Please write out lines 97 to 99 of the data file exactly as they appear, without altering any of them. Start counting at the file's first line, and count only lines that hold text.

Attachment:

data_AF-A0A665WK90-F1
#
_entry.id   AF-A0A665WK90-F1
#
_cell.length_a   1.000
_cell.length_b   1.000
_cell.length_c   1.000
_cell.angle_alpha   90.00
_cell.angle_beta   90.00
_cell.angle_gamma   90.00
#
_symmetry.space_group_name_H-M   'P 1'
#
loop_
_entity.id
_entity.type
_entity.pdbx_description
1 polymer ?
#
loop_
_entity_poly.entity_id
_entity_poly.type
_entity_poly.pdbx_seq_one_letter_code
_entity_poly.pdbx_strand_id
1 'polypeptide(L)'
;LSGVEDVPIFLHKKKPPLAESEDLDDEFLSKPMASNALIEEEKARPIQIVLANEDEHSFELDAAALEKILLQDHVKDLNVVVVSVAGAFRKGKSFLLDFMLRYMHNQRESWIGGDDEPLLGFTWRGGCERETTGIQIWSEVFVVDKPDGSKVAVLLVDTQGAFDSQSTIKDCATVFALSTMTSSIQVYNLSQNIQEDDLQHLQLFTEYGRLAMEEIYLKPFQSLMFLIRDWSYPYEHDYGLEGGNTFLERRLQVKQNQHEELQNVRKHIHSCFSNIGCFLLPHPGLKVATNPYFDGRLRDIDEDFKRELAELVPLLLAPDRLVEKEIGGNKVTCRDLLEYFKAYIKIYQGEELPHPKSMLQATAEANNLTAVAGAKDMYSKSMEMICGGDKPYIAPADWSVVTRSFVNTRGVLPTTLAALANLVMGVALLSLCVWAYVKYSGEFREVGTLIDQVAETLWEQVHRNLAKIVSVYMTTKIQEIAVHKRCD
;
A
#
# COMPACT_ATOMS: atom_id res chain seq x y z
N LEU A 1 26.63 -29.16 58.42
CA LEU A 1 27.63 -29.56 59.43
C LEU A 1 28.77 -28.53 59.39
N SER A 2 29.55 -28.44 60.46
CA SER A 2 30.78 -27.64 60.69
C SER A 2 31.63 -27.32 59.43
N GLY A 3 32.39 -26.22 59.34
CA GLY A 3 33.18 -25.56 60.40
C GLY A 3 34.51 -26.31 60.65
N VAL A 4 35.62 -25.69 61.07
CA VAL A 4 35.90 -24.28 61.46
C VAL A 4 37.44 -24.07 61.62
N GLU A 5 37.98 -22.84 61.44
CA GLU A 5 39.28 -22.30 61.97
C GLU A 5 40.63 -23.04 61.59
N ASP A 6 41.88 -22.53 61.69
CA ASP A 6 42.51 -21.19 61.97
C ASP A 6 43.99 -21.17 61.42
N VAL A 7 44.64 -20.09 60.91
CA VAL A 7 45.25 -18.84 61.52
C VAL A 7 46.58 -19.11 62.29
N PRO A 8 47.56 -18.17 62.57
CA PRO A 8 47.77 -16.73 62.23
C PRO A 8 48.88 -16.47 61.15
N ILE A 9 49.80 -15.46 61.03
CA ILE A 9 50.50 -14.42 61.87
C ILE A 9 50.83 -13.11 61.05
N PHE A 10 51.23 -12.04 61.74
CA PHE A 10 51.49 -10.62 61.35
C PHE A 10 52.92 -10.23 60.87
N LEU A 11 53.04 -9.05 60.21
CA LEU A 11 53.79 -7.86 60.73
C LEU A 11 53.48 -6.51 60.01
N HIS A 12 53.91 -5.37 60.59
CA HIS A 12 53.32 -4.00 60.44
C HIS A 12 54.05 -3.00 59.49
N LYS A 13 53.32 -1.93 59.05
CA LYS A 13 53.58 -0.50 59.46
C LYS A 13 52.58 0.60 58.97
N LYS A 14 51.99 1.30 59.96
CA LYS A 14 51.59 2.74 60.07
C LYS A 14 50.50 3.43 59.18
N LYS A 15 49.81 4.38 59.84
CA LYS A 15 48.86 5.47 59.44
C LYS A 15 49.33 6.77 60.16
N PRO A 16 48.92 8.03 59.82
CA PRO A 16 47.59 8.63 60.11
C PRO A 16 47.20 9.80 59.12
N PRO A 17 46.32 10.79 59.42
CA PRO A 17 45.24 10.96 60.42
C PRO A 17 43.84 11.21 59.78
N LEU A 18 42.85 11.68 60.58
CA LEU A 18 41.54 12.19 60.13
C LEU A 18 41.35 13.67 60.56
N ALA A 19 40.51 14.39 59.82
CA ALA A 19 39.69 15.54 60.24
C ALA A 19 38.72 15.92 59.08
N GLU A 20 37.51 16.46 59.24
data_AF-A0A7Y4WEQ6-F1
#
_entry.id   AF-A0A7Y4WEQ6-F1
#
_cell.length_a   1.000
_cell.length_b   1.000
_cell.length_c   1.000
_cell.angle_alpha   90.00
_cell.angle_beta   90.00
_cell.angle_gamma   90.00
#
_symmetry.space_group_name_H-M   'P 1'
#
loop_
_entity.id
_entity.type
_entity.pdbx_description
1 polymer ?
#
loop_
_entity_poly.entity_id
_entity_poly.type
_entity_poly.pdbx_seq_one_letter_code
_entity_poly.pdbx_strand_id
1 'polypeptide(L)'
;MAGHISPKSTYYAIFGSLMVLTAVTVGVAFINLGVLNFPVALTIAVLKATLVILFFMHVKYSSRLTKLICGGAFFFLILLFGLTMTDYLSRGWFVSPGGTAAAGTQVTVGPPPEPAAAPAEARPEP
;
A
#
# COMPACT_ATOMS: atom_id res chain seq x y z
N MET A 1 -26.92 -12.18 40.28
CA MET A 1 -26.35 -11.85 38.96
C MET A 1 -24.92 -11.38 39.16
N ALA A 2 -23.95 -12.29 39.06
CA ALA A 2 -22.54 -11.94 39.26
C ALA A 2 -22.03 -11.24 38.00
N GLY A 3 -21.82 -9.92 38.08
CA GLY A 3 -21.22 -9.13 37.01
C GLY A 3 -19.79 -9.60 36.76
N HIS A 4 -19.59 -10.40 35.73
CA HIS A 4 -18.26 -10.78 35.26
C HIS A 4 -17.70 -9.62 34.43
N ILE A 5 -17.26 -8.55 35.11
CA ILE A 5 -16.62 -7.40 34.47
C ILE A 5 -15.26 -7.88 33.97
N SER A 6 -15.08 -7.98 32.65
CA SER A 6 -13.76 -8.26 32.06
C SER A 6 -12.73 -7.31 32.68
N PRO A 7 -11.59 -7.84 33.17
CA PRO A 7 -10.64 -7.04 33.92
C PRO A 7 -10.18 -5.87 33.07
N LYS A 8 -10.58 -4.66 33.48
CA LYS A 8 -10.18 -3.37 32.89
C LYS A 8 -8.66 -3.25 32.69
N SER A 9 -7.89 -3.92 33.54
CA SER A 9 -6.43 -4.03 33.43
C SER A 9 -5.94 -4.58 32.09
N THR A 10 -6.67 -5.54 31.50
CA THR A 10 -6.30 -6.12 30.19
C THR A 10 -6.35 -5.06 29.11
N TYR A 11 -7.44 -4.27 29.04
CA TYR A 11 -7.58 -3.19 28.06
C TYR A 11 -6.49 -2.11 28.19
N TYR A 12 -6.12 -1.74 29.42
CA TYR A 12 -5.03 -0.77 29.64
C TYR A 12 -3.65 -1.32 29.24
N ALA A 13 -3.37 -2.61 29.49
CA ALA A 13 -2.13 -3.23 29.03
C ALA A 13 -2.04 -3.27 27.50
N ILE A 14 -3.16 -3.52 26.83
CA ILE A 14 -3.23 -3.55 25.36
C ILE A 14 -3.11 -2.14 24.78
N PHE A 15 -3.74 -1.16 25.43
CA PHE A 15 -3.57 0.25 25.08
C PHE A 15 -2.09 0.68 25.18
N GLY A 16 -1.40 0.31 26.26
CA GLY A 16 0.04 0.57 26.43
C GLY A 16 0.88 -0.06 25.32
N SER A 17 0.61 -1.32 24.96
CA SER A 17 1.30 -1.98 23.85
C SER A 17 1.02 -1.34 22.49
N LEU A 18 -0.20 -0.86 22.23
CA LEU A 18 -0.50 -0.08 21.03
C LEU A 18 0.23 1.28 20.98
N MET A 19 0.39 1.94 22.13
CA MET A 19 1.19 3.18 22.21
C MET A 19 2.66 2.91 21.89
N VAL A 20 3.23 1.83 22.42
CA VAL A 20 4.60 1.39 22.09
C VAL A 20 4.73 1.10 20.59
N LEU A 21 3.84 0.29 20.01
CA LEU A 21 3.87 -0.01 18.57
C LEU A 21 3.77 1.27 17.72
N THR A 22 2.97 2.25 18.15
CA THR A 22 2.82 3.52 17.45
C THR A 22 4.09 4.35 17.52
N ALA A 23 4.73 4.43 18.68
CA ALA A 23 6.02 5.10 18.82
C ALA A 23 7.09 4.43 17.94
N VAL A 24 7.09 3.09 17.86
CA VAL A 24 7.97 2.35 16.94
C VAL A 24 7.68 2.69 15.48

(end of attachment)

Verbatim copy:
_cell.angle_beta   90.00
_cell.angle_gamma   90.00
#